News from our members


“The Fergal Project” Kicks Off New Limited Edition “1794 Series” For Massachusetts Brewer

Wachusett Brewing Company is kicking off a new line of limited edition beers with a major bang. The first beer in its new 1794 Series will feature a collaboration with renowned Irish Master Brewer Fergal Murray. The beer, appropriately titled “The Fergal Project,” is being billed as a New England Stout, an exciting new interpretation of the style. The stout combines classic Irish malts with American hops Wachusett has featured in its well-regarded New England IPA Wally.

“I’ve known Fergal for almost 15 years,” said Christian McMahan, President of Wachusett Brewing Company. “When we talked about the launch of this new collaboration series, there was no one else I wanted us to work more than Fergal. His knowledge of the stout category is second to none. We are honored he chose Wachusett as his first U.S. craft beer partner.” McMahan concluded.

“I’ve been watching and keeping an eye on Wachusett, so I got on the phone with my buddy Christian and here we are,” said Fergal Murray. “I love working with people that are passionate about making great beer and certainly found that with everyone I met at their brewery, the whole creative process was a pleasure,” Murray concluded.

The collaboration themed 1794 Series is a homage to the year that the iconic symbol of the Wachusett brand, the barn at October Farm was built. The quality, craftsmanship, and collaboration that went into the construction of the barn over 200 years ago — and still stands strong today — is symbolic of the newest extension of the Wachusett Brewing family.

“The Fergal Project” will be released on draft and in 4-pack 16oz. cans February 23rd. “The Fergal Project” is 4.5% ABV and 40 IBUs.

For more information about Wachusett Brewing Company, visit

About Wachusett Brewing Company

The company produces a diverse, award-winning line of beers ranging from their best-selling Blueberry Ale to their recent introduction, the highly-rated Wally, a New England IPA. WBC is the largest brewer in Central Massachusetts and was one of the top 10 fastest growing craft breweries in the US in 2016.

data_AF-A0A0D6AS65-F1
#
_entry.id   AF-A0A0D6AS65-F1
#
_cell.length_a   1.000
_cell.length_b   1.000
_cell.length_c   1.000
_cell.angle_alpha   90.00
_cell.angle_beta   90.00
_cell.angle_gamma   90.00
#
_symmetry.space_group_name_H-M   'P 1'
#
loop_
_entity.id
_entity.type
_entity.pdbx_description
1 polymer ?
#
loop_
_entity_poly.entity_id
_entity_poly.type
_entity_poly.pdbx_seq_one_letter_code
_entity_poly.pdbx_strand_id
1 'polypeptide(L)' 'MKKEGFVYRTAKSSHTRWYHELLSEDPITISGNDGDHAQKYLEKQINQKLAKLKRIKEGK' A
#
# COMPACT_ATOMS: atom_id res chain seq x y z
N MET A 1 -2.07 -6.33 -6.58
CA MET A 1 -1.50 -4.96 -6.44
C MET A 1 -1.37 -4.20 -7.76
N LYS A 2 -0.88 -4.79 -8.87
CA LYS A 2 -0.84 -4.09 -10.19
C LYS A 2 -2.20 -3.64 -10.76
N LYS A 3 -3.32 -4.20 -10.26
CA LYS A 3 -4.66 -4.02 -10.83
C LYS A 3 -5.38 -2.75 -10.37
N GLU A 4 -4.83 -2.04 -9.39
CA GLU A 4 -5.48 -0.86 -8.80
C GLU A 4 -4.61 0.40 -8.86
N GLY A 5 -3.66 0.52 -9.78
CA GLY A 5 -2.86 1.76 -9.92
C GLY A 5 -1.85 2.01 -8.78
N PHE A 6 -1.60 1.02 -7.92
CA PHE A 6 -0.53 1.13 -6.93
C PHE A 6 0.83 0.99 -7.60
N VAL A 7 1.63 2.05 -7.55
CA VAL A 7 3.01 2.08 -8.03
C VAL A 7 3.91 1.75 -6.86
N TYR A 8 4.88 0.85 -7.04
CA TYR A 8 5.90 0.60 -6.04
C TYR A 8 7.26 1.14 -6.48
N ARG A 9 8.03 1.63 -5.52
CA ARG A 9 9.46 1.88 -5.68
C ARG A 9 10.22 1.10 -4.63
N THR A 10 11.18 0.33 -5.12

Hi- res images and samples are available by contacting Caitlin Morse, (978) 549-7714,


HealthAlliance Guild ~ St. Patrick’s Day Luncheon Thursday, March 15

HealthAlliance Guild ~ St. Patrick’s Day Luncheon Thursday, March 15

UMass Memorial HealthAlliance-Clinton Hospital Entrance F, Guild Conference Room, Ground Floor
$20 for Guild Members/$25 non-members
Corned Beef and Cabbage Lunch provided by Sodexo
RSVP no later than March 9 to Kathy Boudreau at 978-466-4516,
Special Musical Entertainment: Vinny Prendergast

A Promise of Things to Come: Works of Energy and Optimism in Oils

On display at Gallery Sitka in Fitchburg, Mass through March 29, 2018


Doreen LaScola is always searching out new means of expression. She is continually evolving as an artist, creating her works from the inside out, or from what she refers to as her “core” (a word that comes from the Romance languages, meaning “heart”).  She relies on instinctively understanding her subject matter rather than merely copying onto canvas or paper what the eyes see. She believes that art is about revealing the artist’s thoughts and feelings as much as representing the world that we all share objectively. It all adds up to continually looking to the future and seeing a world of possibilities. The artist will offer 26 pieces of startlingly original work at Gallery Sitka in Fitchburg starting on Saturday, Feb. 10, in a show she has entitled “A Promise of Things to Come.”